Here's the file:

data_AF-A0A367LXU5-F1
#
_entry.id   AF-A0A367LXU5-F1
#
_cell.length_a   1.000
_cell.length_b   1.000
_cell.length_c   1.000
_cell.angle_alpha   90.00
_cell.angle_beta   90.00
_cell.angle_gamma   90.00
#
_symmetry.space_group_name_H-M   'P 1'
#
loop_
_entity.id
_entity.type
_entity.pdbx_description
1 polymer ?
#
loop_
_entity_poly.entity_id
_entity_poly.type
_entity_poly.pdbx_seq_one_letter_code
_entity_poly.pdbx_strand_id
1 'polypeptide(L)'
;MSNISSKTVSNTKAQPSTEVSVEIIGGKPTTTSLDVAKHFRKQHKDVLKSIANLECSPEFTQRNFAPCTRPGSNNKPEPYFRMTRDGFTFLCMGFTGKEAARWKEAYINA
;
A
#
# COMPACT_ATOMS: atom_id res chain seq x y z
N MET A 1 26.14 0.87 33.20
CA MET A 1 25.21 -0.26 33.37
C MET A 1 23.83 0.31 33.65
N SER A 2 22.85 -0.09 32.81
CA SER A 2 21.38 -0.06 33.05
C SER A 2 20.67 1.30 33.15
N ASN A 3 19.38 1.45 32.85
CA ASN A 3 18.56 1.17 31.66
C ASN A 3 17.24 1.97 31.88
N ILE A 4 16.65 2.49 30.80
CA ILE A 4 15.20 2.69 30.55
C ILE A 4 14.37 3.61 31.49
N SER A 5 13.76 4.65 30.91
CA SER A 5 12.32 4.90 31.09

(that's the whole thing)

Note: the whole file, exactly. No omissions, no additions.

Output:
data_AF-A0A367LXU5-F1
#
_entry.id   AF-A0A367LXU5-F1
#
_cell.length_a   1.000
_cell.length_b   1.000
_cell.length_c   1.000
_cell.angle_alpha   90.00
_cell.angle_beta   90.00
_cell.angle_gamma   90.00
#
_symmetry.space_group_name_H-M   'P 1'
#
loop_
_entity.id
_entity.type
_entity.pdbx_description
1 polymer ?
#
loop_
_entity_poly.entity_id
_entity_poly.type
_entity_poly.pdbx_seq_one_letter_code
_entity_poly.pdbx_strand_id
1 'polypeptide(L)'
;MSNISSKTVSNTKAQPSTEVSVEIIGGKPTTTSLDVAKHFRKQHKDVLKSIANLECSPEFTQRNFAPCTRPGSNNKPEPYFRMTRDGFTFLCMGFTGKEAARWKEAYINA
;
A
#
# COMPACT_ATOMS: atom_id res chain seq x y z
N MET A 1 26.14 0.87 33.20
CA MET A 1 25.21 -0.26 33.37
C MET A 1 23.83 0.31 33.65
N SER A 2 22.85 -0.09 32.81
CA SER A 2 21.38 -0.06 33.05
C SER A 2 20.67 1.30 33.15
N ASN A 3 19.38 1.45 32.85
CA ASN A 3 18.56 1.17 31.66
C ASN A 3 17.24 1.97 31.88
N ILE A 4 16.65 2.49 30.80
CA ILE A 4 15.20 2.69 30.55
C ILE A 4 14.37 3.61 31.49
N SER A 5 13.76 4.65 30.91
CA SER A 5 12.32 4.90 31.09